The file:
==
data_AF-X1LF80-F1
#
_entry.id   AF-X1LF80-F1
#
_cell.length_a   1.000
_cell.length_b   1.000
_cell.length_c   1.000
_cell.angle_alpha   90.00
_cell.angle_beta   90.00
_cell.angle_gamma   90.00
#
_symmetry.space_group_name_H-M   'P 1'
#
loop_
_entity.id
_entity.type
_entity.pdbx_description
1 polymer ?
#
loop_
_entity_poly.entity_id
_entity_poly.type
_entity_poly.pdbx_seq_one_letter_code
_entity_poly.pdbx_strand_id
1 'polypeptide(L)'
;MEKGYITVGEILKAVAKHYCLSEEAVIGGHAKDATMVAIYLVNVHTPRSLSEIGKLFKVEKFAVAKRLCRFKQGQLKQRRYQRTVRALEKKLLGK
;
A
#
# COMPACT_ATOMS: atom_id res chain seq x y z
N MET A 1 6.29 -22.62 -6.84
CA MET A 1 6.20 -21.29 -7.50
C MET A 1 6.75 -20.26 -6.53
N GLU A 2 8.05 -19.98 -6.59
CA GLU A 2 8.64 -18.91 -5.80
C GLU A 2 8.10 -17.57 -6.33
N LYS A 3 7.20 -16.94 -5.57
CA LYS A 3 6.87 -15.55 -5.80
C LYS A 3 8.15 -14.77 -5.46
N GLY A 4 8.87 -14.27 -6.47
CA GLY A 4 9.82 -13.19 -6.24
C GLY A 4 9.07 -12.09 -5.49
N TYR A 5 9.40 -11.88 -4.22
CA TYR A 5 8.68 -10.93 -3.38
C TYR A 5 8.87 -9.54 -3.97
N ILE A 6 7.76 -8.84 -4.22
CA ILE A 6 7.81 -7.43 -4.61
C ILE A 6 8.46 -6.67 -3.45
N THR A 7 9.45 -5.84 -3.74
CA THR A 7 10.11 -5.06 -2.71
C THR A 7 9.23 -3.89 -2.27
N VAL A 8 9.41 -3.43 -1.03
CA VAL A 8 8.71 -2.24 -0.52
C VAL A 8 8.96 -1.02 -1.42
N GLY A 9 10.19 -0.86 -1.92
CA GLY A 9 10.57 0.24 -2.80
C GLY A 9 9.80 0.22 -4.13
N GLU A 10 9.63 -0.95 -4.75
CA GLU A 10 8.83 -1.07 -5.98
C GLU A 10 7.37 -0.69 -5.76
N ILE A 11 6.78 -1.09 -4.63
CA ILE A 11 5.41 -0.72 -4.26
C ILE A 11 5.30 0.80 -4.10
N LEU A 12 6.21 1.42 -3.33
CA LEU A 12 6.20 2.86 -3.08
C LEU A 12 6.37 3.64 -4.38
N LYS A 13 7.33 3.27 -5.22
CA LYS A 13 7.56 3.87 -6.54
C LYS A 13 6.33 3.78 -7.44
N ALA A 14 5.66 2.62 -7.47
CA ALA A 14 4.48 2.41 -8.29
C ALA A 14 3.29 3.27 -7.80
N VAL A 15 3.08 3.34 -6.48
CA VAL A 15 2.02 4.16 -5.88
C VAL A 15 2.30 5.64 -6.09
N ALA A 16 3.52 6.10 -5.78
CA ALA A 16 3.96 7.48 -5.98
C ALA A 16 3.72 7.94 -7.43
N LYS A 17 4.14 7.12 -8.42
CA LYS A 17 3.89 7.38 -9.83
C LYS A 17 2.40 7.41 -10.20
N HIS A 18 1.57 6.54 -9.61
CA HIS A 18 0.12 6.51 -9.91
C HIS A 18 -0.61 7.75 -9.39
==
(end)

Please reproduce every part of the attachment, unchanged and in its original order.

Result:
data_AF-X1LF80-F1
#
_entry.id   AF-X1LF80-F1
#
_cell.length_a   1.000
_cell.length_b   1.000
_cell.length_c   1.000
_cell.angle_alpha   90.00
_cell.angle_beta   90.00
_cell.angle_gamma   90.00
#
_symmetry.space_group_name_H-M   'P 1'
#
loop_
_entity.id
_entity.type
_entity.pdbx_description
1 polymer ?
#
loop_
_entity_poly.entity_id
_entity_poly.type
_entity_poly.pdbx_seq_one_letter_code
_entity_poly.pdbx_strand_id
1 'polypeptide(L)'
;MEKGYITVGEILKAVAKHYCLSEEAVIGGHAKDATMVAIYLVNVHTPRSLSEIGKLFKVEKFAVAKRLCRFKQGQLKQRRYQRTVRALEKKLLGK
;
A
#
# COMPACT_ATOMS: atom_id res chain seq x y z
N MET A 1 6.29 -22.62 -6.84
CA MET A 1 6.20 -21.29 -7.50
C MET A 1 6.75 -20.26 -6.53
N GLU A 2 8.05 -19.98 -6.59
CA GLU A 2 8.64 -18.91 -5.80
C GLU A 2 8.10 -17.57 -6.33
N LYS A 3 7.20 -16.94 -5.57
CA LYS A 3 6.87 -15.55 -5.80
C LYS A 3 8.15 -14.77 -5.46
N GLY A 4 8.87 -14.27 -6.47
CA GLY A 4 9.82 -13.19 -6.24
C GLY A 4 9.07 -12.09 -5.49
N TYR A 5 9.40 -11.88 -4.22
CA TYR A 5 8.68 -10.93 -3.38
C TYR A 5 8.87 -9.54 -3.97
N ILE A 6 7.76 -8.84 -4.22
CA ILE A 6 7.81 -7.43 -4.61
C ILE A 6 8.46 -6.67 -3.45
N THR A 7 9.45 -5.84 -3.74
CA THR A 7 10.11 -5.06 -2.71
C THR A 7 9.23 -3.89 -2.27
N VAL A 8 9.41 -3.43 -1.03
CA VAL A 8 8.71 -2.24 -0.52
C VAL A 8 8.96 -1.02 -1.42
N GLY A 9 10.19 -0.86 -1.92
CA GLY A 9 10.57 0.24 -2.80
C GLY A 9 9.80 0.22 -4.13
N GLU A 10 9.63 -0.95 -4.75
CA GLU A 10 8.83 -1.07 -5.98
C GLU A 10 7.37 -0.69 -5.76
N ILE A 11 6.78 -1.09 -4.63
CA ILE A 11 5.41 -0.72 -4.26
C ILE A 11 5.30 0.80 -4.10
N LEU A 12 6.21 1.42 -3.33
CA LEU A 12 6.20 2.86 -3.08
C LEU A 12 6.37 3.64 -4.38
N LYS A 13 7.33 3.27 -5.22
CA LYS A 13 7.56 3.87 -6.54
C LYS A 13 6.33 3.78 -7.44
N ALA A 14 5.66 2.62 -7.47
CA ALA A 14 4.48 2.41 -8.29
C ALA A 14 3.29 3.27 -7.80
N VAL A 15 3.08 3.34 -6.48
CA VAL A 15 2.02 4.16 -5.88
C VAL A 15 2.30 5.64 -6.09
N ALA A 16 3.52 6.10 -5.78
CA ALA A 16 3.96 7.48 -5.98
C ALA A 16 3.72 7.94 -7.43
N LYS A 17 4.14 7.12 -8.42
CA LYS A 17 3.89 7.38 -9.83
C LYS A 17 2.40 7.41 -10.20
N HIS A 18 1.57 6.54 -9.61
CA HIS A 18 0.12 6.51 -9.91
C HIS A 18 -0.61 7.75 -9.39